“My hypothesis: the cost crisis cannot be solved from within. each dollar saved is a dollar of someone’s income lost… MDs are the last to come on board, but with new payment models, they are coming on board. 80% ready in our IDN (Integrated Delivery Network).”
Dr. Kvedar’s passion or vision for connected-health (which he admitted was tough to do in 130 characters) is
“Empower consumers to be their own doctor. It can be done.” Then he clarified by saying that “of course there will always be a need for providers. We just overuse them now.”
Although there was some enthusiasm about connected-health, participants voiced real concerns.
Concerns about connected-health that were raised by participants included:
The digital divide:
“Health literacy and literacy as part of the digital divide”
“Low tech communities need most help”
“Those who are rural are the ones who may need this kind of distance support the most”
Cost of technology for the poor: “When I see personalized medicine- I think medicine for those with “resources” only”
Use of hands, eyes for text messaging
“The age ceiling to connected health”
“Risk of increased disparities”
Where is the desire “for telemedicine in #diabetes?”
Participants also proposed solutions and or disagreed with these concerns:
“Digital divide can be addressed several ways: provide access in clinics, libraries, community centers, or provide print “
“Use existing communication resources in the community to engage/ distribute info[rmation] this is when the value of partnerships with community health leaders and advocates becomes more vital”
“Projects provided to many people have cell phones-programs such as text4baby.org by the National Healthy Mothers. Healthy Babies Coalition can help”
“Actually at least in much of the #US, even the poor have dumb cell phones, and most have basic texting, least from what I’ve seen”
“In developing countries mobile phone technology developed where there were no landlines everything now moves on new platform.”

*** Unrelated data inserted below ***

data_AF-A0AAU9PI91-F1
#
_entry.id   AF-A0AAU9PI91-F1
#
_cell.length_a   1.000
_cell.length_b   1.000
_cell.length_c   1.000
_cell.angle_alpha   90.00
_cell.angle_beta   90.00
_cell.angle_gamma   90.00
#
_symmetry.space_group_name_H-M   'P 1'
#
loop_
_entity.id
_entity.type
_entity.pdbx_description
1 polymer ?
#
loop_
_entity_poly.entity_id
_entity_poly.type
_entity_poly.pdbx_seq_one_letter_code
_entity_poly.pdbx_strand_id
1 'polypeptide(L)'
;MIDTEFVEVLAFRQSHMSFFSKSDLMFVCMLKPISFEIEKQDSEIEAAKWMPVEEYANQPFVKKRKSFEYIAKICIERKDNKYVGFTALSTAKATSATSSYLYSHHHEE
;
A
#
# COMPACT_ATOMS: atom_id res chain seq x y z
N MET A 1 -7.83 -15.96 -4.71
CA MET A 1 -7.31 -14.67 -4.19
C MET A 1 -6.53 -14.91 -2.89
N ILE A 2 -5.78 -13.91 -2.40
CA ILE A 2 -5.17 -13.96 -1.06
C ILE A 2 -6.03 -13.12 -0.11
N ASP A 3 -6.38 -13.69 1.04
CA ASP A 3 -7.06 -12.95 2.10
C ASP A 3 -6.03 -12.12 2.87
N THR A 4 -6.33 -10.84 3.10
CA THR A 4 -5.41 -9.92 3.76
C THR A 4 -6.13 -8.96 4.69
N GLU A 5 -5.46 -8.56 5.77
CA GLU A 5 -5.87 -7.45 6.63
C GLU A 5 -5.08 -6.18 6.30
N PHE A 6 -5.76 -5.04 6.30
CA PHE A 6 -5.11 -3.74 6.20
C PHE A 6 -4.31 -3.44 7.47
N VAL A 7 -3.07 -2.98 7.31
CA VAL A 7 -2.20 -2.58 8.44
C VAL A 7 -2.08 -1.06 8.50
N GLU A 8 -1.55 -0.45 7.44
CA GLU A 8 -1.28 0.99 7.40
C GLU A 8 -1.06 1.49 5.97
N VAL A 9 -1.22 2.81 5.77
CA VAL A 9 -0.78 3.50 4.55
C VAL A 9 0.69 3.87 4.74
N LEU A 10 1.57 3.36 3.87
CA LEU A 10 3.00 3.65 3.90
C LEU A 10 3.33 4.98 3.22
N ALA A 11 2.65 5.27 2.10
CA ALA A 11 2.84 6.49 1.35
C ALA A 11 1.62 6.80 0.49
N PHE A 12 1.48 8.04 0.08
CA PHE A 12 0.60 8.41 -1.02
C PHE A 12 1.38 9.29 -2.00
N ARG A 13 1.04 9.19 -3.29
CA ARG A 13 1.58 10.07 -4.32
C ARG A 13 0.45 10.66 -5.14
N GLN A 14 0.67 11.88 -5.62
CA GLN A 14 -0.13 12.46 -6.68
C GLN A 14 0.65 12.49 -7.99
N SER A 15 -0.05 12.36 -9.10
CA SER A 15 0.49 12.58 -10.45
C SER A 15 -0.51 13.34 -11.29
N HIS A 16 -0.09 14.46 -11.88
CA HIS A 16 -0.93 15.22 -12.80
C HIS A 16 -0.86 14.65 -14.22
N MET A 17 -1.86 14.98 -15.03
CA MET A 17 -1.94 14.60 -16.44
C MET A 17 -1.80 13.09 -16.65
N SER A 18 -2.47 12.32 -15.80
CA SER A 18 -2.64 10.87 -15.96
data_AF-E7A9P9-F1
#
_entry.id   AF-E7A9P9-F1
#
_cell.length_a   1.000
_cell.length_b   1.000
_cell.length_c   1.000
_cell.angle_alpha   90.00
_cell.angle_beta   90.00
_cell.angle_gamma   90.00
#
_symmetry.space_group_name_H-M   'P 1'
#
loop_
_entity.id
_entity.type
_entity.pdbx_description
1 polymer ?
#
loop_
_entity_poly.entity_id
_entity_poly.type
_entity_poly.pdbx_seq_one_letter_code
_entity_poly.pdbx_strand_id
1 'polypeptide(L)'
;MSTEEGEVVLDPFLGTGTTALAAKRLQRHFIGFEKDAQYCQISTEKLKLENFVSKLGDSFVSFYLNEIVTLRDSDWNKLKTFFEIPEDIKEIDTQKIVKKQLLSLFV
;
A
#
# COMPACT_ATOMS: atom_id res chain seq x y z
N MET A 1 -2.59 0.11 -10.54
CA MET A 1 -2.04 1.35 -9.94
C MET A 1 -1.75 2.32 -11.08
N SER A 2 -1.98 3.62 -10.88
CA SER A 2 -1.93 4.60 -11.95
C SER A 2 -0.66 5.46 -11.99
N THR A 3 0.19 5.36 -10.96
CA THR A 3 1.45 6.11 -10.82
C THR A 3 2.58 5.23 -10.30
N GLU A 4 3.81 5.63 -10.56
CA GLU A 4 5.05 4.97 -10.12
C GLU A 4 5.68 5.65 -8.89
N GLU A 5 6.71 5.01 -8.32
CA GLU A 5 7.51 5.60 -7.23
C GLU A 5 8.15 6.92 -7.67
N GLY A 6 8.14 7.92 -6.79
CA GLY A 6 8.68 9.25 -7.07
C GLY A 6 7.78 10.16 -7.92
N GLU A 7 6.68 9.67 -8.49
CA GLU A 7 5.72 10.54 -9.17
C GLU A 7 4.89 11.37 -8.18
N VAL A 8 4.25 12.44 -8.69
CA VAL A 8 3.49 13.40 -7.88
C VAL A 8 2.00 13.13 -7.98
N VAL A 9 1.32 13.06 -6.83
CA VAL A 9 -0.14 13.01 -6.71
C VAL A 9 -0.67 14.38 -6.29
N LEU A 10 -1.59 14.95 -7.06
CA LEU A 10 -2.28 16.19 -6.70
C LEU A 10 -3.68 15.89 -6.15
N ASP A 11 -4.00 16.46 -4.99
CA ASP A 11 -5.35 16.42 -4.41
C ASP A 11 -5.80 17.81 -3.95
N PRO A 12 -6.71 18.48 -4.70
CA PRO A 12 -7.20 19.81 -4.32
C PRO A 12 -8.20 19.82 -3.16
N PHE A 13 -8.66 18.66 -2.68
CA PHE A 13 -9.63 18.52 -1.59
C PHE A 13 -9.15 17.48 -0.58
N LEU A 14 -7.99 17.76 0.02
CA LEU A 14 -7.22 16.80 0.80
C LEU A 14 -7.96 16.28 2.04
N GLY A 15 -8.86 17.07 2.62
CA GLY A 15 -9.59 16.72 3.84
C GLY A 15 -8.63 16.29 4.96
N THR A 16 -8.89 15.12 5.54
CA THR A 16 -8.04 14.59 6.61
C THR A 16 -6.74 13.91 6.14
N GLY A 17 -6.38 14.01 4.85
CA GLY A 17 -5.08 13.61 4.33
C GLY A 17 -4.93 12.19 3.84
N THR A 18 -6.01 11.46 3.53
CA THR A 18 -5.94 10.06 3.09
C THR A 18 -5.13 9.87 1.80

Although this statement was challenged “For many in developing countries-local comm.[unity] leaders (word-of-mouth) [is] still [the] most effective source of med[ical] info
Others suggested more ways to use connected-health:
“Encouraging mentorship in online communities is a very powerful tool to give more power to the patient and their loved ones
Participants also provided useful information on the use of technology for those who have a disability.
The chat provided a forum for information exchange and opportunities for further discussion. Finally, there was generous sharing of information among the participants. Many thanks to Joseph Kvedar, MD and all the participants in #hchlitss chat.
Wonderful links were provided by participants:
The Center for Connected Health http://t.co/quTwGzdg
Dr. Kvedar’s blog http://t.co/gnni5SC6
UC Davis eHealth Broadband Adoption: http://t.co/62wbn5Fl bridging the divide
California Model E-Health Community Awards http://t.co/Dywo8Q9s
In Canada, the Telemedine Network http://t.co/CauUkO6v has made great inroads connecting /helping esp with mental health
Also need a connected healthcare workforce where needed, when needed & tech to get them there http://t.co/Bjg0dIiX
Recent blog post ?: Can connected work in a fee for service model, or more movement in integrated system?http://t.co/wlGfzSc5
Telcare review from Walt Mossberg. WSJ tech writer with type 2 diabetes. http://t.co/vhQsSSHj
Scottish Centre for Telehealth and Telecare http://t.co/Ncfd0ICv
Project Echo- promoting care for complex diseases in rural and underserved areashttp://t.co/v3OZSDEM
Non traditional entrants into connected-health http://t.co/alxEdh5r
MyVoice is for aphasia and stroke http://t.co/byXDK5W5
Ipad apps for kids with autism @thinkingautism @shannonrosa
*Due to the twitter’s 140 character requirements, comments are shortened by eliminating articles or using shorthand. [Braces] are used throughout this summary to enhance readability.